Small investors have shown a strong interest in Canadian stocks like Shopify Inc. SHOP-T and Enbridge Inc ENB-T. But bigger investors steering mutual funds are looking elsewhere for opportunities, with bets on companies such as Telus Corp. T-T, Intact Financial Corp. IFC-T and the Brookfield entities.
Should small investors follow big money’s lead?
In a study, analysts at CIBC Capital Markets compared the collective weightings of Canadian equity holdings within Canadian mutual funds to those equities’ percentage slices of the S&P/TSX 60 Index.
The intent of this analysis was to find the stocks whose popularity within mutual funds exceeded their prevalence in the broader market by the widest margins. Popular stocks have a high weighting relative to their percentage of the index; unpopular stocks have a lower weighting.
Those popular stocks include Brookfield Asset Management Ltd. BAM-T – before the recent separation of the asset manager from Brookfield Corp. to create two companies. The stock had a 4.9-per-cent overall weighting within mutual funds, which is well above the stock’s 3.8-per-cent weighting within the S&P/TSX 60 index.
Intact had a 2.5-per-cent weighting, versus a 1.5-per-cent weighting within the index.
Telus had a 2.6-per-cent weighting, above the 1.8-per-cent weighting within the index. That makes the telecom stock more popular among mutual funds than BCE Inc. BCE-T, which has been underweighted by the pros.
Other popular stocks within mutual funds include Canadian Pacific Railway Ltd. CP-T – in contrast to Canadian National Railway Co. CNR-T, which has roughly the same weight within funds as in the index. Suncor Energy Inc. SU-T, Thomson Reuters Corp. TRI-T and another Brookfield entity, Brookfield Infrastructure Partners, are also popular.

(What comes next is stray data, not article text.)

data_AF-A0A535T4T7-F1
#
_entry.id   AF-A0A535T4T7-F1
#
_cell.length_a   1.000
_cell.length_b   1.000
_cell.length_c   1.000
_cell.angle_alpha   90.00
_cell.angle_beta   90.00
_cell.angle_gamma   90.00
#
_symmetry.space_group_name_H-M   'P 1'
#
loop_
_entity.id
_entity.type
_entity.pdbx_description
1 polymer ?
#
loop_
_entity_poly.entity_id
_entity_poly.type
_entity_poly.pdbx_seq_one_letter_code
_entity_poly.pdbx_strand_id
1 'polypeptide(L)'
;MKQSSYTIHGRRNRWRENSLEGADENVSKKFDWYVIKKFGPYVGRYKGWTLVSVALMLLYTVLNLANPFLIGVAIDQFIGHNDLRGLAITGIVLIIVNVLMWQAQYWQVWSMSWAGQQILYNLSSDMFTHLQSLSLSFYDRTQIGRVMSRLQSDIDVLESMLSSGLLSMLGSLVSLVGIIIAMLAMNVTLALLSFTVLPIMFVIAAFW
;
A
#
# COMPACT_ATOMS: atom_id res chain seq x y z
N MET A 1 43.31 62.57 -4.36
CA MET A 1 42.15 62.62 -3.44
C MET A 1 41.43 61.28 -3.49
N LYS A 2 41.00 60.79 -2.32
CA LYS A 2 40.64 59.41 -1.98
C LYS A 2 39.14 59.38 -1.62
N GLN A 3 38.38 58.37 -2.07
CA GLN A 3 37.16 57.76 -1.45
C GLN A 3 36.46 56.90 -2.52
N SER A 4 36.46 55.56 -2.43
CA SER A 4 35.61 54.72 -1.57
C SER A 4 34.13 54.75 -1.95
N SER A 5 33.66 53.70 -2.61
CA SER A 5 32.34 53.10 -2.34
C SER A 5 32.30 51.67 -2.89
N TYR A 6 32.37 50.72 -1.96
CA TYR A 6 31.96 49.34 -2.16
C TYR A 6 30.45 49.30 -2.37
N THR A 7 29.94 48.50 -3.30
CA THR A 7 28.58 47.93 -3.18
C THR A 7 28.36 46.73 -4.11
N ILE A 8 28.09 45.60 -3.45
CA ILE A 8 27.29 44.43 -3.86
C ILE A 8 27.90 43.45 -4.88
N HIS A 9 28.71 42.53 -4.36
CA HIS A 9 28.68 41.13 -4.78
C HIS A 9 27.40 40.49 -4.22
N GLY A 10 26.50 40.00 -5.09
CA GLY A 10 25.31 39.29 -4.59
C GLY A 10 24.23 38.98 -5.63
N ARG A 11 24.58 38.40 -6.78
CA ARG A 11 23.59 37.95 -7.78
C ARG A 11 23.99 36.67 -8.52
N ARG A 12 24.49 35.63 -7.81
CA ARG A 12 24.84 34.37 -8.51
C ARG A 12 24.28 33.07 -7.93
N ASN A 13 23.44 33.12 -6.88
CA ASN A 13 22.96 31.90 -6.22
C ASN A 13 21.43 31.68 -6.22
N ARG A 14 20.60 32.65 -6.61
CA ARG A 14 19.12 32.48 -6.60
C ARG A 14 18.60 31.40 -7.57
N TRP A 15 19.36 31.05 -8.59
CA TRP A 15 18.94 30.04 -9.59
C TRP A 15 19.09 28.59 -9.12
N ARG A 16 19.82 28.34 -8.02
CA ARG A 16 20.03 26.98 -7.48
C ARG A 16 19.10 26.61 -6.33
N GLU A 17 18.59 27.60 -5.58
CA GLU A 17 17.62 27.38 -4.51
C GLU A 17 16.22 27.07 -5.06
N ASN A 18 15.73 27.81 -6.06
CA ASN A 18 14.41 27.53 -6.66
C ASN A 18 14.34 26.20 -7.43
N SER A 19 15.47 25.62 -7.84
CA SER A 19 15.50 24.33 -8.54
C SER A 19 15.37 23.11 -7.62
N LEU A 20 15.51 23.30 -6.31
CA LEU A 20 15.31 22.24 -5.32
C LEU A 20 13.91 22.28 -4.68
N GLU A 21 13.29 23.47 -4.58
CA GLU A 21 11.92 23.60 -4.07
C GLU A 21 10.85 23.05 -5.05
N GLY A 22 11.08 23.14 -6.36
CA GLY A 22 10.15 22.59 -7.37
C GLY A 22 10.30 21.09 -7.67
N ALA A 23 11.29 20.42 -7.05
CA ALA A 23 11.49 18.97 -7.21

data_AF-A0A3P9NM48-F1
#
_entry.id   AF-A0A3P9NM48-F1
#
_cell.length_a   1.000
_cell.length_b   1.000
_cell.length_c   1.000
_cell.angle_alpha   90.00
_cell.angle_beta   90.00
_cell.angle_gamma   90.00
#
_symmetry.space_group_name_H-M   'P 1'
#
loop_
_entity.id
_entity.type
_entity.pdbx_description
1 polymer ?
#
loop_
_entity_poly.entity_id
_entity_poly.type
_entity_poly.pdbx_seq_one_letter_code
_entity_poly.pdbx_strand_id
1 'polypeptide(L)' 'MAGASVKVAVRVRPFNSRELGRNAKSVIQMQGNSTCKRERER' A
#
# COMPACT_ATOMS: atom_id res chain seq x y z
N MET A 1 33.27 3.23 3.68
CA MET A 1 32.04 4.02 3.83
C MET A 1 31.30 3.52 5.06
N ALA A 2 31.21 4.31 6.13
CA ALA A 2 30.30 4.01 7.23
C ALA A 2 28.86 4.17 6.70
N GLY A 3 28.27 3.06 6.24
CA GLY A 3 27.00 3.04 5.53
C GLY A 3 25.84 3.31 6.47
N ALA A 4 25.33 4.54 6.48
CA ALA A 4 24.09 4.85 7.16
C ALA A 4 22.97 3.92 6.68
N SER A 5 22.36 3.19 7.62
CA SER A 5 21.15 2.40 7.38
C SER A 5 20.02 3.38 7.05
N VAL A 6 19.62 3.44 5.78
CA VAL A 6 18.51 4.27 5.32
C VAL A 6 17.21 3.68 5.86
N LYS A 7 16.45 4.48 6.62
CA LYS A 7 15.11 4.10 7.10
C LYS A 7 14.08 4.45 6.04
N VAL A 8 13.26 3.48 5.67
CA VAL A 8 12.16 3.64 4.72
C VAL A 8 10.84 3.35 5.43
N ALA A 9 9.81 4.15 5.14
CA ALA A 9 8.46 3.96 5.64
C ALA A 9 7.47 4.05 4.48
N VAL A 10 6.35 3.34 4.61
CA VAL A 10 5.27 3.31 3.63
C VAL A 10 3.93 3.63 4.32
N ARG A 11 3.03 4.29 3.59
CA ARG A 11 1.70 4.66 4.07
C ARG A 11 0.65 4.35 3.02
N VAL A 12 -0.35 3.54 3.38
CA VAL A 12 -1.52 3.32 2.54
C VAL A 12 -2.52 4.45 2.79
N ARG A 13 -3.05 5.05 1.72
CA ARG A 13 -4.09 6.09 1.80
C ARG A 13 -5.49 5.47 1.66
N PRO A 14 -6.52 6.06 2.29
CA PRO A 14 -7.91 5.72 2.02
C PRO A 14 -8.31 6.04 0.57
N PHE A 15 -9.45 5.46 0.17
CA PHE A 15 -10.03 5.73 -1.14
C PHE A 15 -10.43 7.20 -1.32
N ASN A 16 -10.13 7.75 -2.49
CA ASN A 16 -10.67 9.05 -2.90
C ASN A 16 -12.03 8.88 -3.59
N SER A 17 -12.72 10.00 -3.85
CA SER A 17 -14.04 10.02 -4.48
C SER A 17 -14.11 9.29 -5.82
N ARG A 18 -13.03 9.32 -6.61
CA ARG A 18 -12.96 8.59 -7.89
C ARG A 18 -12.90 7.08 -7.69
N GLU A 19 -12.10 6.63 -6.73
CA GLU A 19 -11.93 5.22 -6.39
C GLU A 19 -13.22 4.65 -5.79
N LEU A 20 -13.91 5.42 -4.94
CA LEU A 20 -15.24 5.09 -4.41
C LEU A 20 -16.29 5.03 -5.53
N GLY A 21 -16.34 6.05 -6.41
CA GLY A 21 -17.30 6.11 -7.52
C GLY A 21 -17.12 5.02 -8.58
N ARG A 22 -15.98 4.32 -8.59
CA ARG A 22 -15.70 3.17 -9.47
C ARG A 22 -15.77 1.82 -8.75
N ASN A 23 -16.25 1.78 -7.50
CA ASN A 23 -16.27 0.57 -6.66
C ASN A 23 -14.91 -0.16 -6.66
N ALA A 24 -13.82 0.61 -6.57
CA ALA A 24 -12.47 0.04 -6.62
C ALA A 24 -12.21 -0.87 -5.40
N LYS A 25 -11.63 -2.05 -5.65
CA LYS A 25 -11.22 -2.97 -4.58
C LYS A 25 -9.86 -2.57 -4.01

“It is safe to say that Canadian mutual fund managers have very high confidence in the Brookfield Group of Companies,” Ian de Verteuil, a CIBC analyst, said in the report.
The data are for June, 2022. While that might seem old, big money tends to move slowly.
Mutual fund managers are consistent with their picks. Popular stocks tend to remain popular over time, while unpopular stocks remain unpopular.
There is a take-away for smaller investors here: Popularity among institutional investors is unlikely to change significantly if there are setbacks or managerial hiccups that can be solved. That could provide stocks that enjoy the support of mutual funds a greater sense of stability over the longer term.
“In our opinion, institutional support provides issuers with a ‘buffer’ against short-term operational issues,” Mr. de Verteuil said.
What’s also interesting is that some of the most unpopular stocks among mutual funds – stocks that are underweighted in funds relative to the S&P/TSX 60 index – tend to be some of the go-to names among retail investors.
According to the TD Direct Investing Index, which draws on the bank’s extensive retail trading data, Shopify has been a popular stock to buy among smaller investors over the past year, even as the e-commerce giant’s share price has retreated from a record high in November, 2021.
Conversely, Shopify remains an unpopular Canadian holding among mutual funds: Its weighting within funds is a slim 0.5 per cent, next to a 2.1-per-cent weighting in the index – a good call, given that the share price has fallen 54 per cent over the past year.
Retail investors have also been drawn to BCE and Enbridge, according to the CIBC report and the TD index, no doubt attracted to their stability and high dividend yields.
Mutual funds, though, aren’t so keen on either stock.
The CIBC report suggests that institutional investors may be concerned that BCE’s profit growth and dividend expansion will trail telecom peers. And big investors might see the market’s weighting of the pipeline sector – where Enbridge is the largest company – as too large.
It might not be worth following the big money on everything it does. But its influence should encourage smaller players to take a closer look at some of what they’re buying, and avoiding.
Full disclosure: The author owns shares in Brookfield Infrastructure and Enbridge.
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